Words be seasoned with salt

Oh, God, how we need Your help during this difficult and confusing time. How we need Your Spirit to guide our hearts and lead us as we communicate. Please convict us when we are “strapping on our swords.” Teach us to listen to You. Give us wisdom and discernment. Fill us with Your love for every person. We look to You. You never fail. We pray in the beautiful and powerful name of Jesus, Amen.

1 Abigail, Living with the Difficult People in Your Life, by Nancy DeMoss Wolgemuth

2Living Out the One Anothers of Scripture, a devotional from Revive Our Hearts

Trading Prince Charming

Our expectations can get us into trouble. We expect things to be a certain way, and when they aren’t that way, we are disappointed, angry, confused or maybe even disillusioned. I am a person who sometimes struggles with placing unfair expectations on others. I just want them to behave a certain way or do a certain thing. I expect it. And when that doesn’t happen, I find myself frustrated with them, even though I was the one who had the unrealistic expectations.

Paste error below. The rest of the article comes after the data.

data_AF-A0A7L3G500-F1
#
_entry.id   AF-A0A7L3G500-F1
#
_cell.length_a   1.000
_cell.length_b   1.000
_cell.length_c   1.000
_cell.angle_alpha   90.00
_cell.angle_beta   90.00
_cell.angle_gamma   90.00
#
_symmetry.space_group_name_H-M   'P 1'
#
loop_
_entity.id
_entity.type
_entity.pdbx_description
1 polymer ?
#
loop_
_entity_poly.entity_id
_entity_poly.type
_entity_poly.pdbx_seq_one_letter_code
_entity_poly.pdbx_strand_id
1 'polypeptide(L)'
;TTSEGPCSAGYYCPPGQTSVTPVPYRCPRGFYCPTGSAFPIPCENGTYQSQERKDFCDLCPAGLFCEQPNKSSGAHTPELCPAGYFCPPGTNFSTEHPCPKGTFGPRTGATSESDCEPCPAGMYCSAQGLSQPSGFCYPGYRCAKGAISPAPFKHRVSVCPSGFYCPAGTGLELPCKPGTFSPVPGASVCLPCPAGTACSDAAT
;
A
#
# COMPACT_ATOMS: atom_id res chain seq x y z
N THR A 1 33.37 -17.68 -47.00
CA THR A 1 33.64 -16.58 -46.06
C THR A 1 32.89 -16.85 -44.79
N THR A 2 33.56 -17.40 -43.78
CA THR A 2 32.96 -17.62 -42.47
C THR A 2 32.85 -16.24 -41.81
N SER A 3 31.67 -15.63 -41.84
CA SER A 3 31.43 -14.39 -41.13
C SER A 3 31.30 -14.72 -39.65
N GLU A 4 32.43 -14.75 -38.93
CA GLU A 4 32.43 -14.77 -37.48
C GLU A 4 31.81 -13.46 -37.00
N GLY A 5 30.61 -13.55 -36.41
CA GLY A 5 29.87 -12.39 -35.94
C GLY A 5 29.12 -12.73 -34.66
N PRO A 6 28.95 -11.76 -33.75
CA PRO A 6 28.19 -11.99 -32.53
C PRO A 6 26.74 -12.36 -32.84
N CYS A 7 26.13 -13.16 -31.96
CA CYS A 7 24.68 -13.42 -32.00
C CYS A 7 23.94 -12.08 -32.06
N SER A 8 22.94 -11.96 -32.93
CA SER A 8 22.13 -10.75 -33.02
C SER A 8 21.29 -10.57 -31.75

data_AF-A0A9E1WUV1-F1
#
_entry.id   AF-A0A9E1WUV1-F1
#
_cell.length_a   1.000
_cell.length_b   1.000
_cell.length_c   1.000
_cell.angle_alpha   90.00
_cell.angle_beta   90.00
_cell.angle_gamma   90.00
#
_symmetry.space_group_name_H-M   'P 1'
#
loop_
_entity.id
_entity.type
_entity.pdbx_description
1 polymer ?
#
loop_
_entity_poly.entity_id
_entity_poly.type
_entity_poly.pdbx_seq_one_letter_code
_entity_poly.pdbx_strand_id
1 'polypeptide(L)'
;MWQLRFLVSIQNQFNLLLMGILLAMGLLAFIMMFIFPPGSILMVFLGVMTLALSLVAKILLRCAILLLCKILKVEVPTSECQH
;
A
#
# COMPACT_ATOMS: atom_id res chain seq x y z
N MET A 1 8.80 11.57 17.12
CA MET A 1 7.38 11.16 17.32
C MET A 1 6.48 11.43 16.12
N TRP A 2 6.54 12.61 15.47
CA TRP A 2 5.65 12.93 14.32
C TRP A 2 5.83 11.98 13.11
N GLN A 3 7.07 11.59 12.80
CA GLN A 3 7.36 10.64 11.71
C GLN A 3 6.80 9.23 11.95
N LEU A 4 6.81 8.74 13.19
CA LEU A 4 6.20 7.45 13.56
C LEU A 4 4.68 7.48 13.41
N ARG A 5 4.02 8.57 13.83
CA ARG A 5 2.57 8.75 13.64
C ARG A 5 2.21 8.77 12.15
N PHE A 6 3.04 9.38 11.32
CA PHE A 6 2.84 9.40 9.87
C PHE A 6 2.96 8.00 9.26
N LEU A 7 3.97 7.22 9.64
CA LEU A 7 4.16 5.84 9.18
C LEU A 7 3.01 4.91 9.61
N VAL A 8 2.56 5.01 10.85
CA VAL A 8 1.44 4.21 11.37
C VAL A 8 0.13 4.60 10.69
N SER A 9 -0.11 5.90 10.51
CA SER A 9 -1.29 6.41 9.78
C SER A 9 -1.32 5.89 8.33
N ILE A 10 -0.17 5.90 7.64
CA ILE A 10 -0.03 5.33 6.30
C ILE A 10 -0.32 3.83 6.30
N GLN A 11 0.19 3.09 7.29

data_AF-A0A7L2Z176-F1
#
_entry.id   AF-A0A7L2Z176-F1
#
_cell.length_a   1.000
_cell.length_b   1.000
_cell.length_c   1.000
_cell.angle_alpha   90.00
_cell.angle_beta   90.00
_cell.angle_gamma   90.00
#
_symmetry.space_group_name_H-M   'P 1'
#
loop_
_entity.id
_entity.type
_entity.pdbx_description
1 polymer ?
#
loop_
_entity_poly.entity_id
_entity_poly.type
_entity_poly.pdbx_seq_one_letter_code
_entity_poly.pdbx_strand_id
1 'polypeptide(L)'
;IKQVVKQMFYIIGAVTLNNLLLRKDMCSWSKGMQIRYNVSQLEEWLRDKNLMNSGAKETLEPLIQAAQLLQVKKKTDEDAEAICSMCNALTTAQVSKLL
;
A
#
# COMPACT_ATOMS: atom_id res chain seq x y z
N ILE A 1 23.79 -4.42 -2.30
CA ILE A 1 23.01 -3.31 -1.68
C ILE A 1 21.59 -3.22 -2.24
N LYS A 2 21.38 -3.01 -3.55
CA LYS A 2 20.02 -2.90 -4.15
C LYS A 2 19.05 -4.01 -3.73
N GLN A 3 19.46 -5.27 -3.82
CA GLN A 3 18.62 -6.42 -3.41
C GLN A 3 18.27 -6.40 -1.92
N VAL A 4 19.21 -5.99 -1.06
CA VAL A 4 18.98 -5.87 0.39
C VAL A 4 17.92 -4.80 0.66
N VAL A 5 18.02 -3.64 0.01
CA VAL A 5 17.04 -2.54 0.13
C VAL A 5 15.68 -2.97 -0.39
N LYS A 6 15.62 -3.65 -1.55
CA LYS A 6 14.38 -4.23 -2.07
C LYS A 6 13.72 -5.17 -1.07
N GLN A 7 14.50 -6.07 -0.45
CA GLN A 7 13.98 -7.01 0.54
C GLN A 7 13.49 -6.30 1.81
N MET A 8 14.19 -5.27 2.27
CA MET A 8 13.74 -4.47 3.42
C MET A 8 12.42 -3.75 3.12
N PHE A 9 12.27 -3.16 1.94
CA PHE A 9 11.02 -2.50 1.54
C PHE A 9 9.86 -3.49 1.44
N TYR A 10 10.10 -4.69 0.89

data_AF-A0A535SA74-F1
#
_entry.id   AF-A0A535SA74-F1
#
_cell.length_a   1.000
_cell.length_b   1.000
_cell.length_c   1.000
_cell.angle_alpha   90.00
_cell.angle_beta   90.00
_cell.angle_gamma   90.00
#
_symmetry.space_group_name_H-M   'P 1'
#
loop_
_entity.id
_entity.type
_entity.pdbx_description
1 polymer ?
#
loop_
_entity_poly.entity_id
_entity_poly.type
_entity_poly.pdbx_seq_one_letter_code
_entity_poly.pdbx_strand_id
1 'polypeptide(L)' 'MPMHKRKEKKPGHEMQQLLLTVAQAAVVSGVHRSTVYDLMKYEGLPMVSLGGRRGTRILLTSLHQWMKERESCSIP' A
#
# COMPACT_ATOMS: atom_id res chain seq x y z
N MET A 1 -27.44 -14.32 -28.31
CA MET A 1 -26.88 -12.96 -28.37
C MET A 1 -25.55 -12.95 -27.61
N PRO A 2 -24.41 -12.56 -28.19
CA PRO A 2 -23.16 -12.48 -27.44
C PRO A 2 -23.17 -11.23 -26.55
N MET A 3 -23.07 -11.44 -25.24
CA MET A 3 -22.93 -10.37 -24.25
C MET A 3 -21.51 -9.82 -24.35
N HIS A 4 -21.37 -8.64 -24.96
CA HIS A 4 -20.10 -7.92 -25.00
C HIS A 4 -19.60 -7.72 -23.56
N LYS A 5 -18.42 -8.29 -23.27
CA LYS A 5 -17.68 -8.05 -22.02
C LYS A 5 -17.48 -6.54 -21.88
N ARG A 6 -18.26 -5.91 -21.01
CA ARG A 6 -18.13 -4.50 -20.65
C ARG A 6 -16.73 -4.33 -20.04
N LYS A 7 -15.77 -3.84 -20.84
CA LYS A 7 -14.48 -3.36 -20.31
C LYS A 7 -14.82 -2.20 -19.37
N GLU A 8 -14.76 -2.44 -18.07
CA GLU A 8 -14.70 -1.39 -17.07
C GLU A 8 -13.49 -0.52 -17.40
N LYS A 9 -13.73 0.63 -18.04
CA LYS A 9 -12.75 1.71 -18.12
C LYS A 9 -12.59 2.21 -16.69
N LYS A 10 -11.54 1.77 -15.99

Where do our expectations come from? There are probably a lot of good answers to that question, but for now I just want to focus one one. Some of our expectations come from what we’ve been conditioned to believe by the world around us. Let me give you an example.

Many of us grew up listening to or watching fairy tales. You know the basic story line – the damsel in distress, the fairy who works her magic, the handsome prince who rides in on his white horse and saves the day, and the happily ever after. If fairy tales aren’t really your thing, just think of a good Hallmark movie. There’s nothing inherently wrong with a good fairy tale (or a Hallmark movie), but I wonder if they have given rise to misguided expectations.

Are we conditioned to expect that when we are in distress, we need a hero to ride in and rescue us from it all? Are we looking for Prince Charming and his happily ever after? We read about a different kind of prince in the book of Isaiah –

“For to us a child is born, to us a son is given; and the government shall be upon His shoulder, and His name shall be called Wonderful Counselor, Mighty God, Everlasting Father, Prince of Peace.” (Isaiah 9:6, ESV)